Luke began his battle against the balloons on September 12, 1918, when the American Army opened its St. Mihiel offensive. Joe Wehner flew top cover for him. On the first attack, Luke’s guns jammed at the decisive moment. He climbed away, cleared the jam and dove back into the cauldron of fire. This time no one could say he made a false claim – the explosion of the balloon was seen across the front.
On his second attack two days later, Luke shot it out with the observer-gunner, Sgt. Munchoff of the 14th Balloon company, who only parachuted at the last moment. Asked by his squadron mates back at base why he hadn’t shot the parachuting German, Luke replied, “Hell! The bastard was helpless!”
The next morning, both Luke and Wehner scored balloons and got home shot-up from fighting their way out of a formation of Fokkers. The evening of the following day they left separately, planning to rendezvous after another double score. Luke got his and shot down a defending Fokker for good measure. He saw another combat going on above, but had to break off and run in the face of superior numbers. When he returned to base, he discovered Wehner had not returned. Luke was inconsolable, and was sent off on leave in Paris. He returned early a week later.
On September 26, teamed with Lt. Ivar Roberts, Luke got into a dogfight with Fokkers before he could attack the target balloon. He got his opponent, but Roberts did not return. Luke went to stay with his French friends and returned September 29, claiming another balloon. Upon his return, he was grounded by Major Hartney for disobedience. Despite the order he took off again, determined to get the three balloons he had spotted.
Luke intended to attack from the west, out of the sunset. Over the ruined village of Murvaux, he was intercepted by ten Fokker D.VIIs. After a five minute dogfight, Luke broke away using the “falling leaf” maneuver to let them think they had gotten him. Just above the ground, he straightened out and flew on. Flying through a sky full of tracers, he burned the first two balloons nearly simultaneously, then turned for the third. At that moment, his SPAD was hit by a solid burst of fire that also hit him, and he faltered momentarily. He pulled out just before crashing and headed on, throwing hand grenades at the gunners on the ground to make them duck. As the last balloon burst into flame, he turned and dove on the German trenches, strafing them with the last of his ammunition.
Badly wounded, Luke force-landed in a field near the village. The smoke from his still-burning victims filled the evening air as he climbed out of the wrecked airplane and headed toward a small pool of water that may have been a stagnant shell hole. As German soldiers closed in to capture him, he pulled his .45 revolver and shot it out with them before falling, struck multiple times.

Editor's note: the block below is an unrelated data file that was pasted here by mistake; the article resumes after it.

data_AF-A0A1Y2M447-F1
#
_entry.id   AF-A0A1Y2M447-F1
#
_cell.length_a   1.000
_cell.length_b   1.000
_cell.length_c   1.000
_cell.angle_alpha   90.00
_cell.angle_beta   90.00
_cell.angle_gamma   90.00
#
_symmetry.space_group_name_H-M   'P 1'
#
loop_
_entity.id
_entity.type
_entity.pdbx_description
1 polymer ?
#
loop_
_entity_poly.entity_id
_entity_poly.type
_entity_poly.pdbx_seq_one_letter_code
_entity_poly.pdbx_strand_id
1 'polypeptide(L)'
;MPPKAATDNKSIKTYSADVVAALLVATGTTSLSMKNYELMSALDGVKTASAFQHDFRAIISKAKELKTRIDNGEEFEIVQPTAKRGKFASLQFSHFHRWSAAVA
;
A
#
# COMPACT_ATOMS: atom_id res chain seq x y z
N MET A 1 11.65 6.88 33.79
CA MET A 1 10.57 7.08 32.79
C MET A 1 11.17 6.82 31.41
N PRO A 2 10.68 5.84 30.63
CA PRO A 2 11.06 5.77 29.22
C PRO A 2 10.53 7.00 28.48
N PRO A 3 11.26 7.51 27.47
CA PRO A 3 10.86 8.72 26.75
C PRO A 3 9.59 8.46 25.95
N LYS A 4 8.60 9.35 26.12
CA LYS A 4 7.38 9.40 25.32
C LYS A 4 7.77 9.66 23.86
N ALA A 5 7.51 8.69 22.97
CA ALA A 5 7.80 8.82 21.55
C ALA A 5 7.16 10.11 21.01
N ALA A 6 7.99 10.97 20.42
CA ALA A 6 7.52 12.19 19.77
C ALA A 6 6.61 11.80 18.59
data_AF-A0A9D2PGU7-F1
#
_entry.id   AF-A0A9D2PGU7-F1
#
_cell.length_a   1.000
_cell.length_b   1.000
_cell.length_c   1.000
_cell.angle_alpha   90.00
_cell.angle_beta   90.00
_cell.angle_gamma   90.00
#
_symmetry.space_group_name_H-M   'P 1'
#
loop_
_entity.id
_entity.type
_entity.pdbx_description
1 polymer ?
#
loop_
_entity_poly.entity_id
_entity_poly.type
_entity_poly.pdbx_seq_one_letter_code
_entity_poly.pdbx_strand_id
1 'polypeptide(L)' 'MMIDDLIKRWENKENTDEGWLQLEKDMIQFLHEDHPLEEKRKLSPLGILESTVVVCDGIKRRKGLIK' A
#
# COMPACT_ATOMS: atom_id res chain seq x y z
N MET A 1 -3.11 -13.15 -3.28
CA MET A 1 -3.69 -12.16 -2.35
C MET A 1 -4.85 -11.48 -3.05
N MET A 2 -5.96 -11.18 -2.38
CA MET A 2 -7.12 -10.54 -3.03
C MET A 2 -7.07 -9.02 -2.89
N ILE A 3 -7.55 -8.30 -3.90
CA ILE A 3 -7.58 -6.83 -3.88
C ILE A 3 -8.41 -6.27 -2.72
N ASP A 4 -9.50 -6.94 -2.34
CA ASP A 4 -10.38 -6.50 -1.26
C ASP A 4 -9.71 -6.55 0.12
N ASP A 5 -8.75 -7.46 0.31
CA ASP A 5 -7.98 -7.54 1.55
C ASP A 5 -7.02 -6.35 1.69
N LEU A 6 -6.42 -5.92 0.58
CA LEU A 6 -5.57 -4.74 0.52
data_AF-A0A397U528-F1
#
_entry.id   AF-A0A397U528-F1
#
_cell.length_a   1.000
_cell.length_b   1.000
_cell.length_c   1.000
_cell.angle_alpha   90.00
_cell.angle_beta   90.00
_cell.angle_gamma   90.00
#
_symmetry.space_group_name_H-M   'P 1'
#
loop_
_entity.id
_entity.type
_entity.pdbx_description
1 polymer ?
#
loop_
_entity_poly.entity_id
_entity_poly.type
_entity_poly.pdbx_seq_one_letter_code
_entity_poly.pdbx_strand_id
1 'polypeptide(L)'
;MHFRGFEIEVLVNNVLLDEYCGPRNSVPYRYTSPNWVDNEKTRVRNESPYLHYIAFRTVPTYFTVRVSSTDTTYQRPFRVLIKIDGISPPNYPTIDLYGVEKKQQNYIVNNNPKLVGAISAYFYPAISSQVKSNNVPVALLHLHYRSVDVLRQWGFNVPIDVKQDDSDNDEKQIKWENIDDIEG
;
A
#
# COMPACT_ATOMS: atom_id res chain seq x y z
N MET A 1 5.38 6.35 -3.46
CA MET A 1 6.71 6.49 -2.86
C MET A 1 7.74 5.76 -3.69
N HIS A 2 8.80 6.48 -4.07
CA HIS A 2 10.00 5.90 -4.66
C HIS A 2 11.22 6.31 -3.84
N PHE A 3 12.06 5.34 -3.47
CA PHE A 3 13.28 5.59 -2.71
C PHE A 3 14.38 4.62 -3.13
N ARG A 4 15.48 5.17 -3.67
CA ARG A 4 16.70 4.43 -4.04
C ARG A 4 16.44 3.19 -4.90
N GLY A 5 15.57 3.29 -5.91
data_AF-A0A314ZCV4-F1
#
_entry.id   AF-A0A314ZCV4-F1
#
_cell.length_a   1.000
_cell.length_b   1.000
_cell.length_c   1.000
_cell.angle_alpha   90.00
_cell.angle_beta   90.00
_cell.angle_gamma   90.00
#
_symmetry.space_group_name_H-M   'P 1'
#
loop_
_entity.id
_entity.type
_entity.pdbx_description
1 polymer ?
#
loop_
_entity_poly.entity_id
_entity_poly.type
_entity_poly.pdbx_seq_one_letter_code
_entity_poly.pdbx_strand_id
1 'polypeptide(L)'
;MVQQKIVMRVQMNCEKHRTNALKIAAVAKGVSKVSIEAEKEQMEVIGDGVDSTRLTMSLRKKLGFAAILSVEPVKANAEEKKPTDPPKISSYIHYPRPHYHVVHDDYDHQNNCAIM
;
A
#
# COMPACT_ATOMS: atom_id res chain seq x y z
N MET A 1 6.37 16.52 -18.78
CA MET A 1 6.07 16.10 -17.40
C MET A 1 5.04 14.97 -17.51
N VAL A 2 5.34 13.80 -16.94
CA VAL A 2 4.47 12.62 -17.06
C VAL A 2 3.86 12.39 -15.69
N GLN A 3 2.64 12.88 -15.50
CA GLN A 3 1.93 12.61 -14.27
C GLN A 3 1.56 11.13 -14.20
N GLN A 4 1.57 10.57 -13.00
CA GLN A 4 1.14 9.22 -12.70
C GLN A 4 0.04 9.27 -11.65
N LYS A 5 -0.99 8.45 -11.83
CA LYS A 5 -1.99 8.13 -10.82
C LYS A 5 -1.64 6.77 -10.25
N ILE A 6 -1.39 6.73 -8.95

That night, American artillery swept the area. Thus, like Guynemer, no one knows where Luke is buried. The German officer who commanded the balloon company and would have been his captor ended his report of the incident with this statement: “He was a man of dazzling courage, one of the bravest we fought in the war.”
Frank Luke’s combat career had lasted 17 days (including his leave in Paris), during which time he destroyed 14 balloons and 4 aircraft. At the time of his death, he was the leading American ace. He was awarded the Medal of Honor for his final combat.
The Hobbycraft kit came out around 1999. Modelers saw it as essentially accurate, though the decals were judged to be poor. Unfortunately, over the years, this is one of the few Hobbycraft kits that has not had the decals upgraded. Other than that, the kit is essentially accurate, with nicely-molded parts.
I decided I would do the kit out of the box, other than to replace the decals. There are detail inaccuracies that a dedicated modeler can correct without a lot of effort, but to me the discrepancies were not so obvious that I felt the need to do so.
All the parts fit well, and I only used cyanoacrylate glue to fill the centerline seam. I did use the Eduard 1/32 photoetch French WW1 seatbelts, and used instrument decals from the decal dungeon for the rest of the cockpit detail. As Bill mentions, Tom’s Modelworks provides a very nice photoetch interior detail set for the kit, which I would recommend.
Luke’s SPAD XIII was Bleriot-built. It’s important to note that, because there is a difference in the camouflage pattern between those built by Bleriot and those built by Kellner. The Kellner pattern is the one most usually shown in SPAD profiles. Fortunately, the 1/48 PD Productions decal sheet includes three-view drawings of both patterns. This sheet also points out that the engine panels on either side of the nose on Luke’s airplane were unpainted aluminum, an important detail since those panels were generally painted on most SPADs I also followed the PD call for the blue-white yin/yang markings on the wheel covers because they were colorful.
I used Gunze-Sanyo and Tamiya acrylics. The clear doped linen undersurfaces were done with Gunze “Sail Color,” while the metal and wood surfaces – the gas tank, lower cowling and landing gear, were painted with a mixture of “Radome Color” and Tamiya “Desert Yellow.” On the upper surfaces, the light green was modern US “Light Green” (Gunze), with the dark green done with Gunze “RLM83 Dark Green.” The brown was a mixture of “Cocoa Brown” and “Mahogany,” (both Gunze), and the Khaki color was Tamiya “Buff.” I used Tamiya “NATO Black” for the “charcoal” color. The blue nose and wheels were done with Tamiya “Blue.” I used dark brown “Wood Decal” on the prop.
Throughout, I airbrushed each color, then masked using thread along the edge of the mask to raise it and get rid of any ridges; most photos show this camouflage with a fairly hard edge, which is likely due to it being brushed.
The only decals I know of for Luke’s airplane are those in 1/48 from Ministry of Small Aircraft Production and PD Productions. The MSAP decals are long out of production, and I am not sure of the current status of PD Productions. I used the MSAP decals for the national insignia, the squadron marking and the checkerboards, and the PD decals for the numbers. My friend John Lester kindly created 1/32 scale decals from these on his ALPS printer.
I attached the landing gear and the cabane and interplane struts, then attached the top wing. Rigging was done with .010 wire, painted gloss black so it can be seen more easily.
This is an excellent kit, that provides good value for the money and is largely undervalued by modelers. There is a good decal sheet from a company in Brazil that allows you to create Captain Eddie Rickenbacker’s famous “#1.” I wish Hobbycraft would re-release this kit with good decals – I’d buy a few more of them.
15 additional images. Click to enlarge.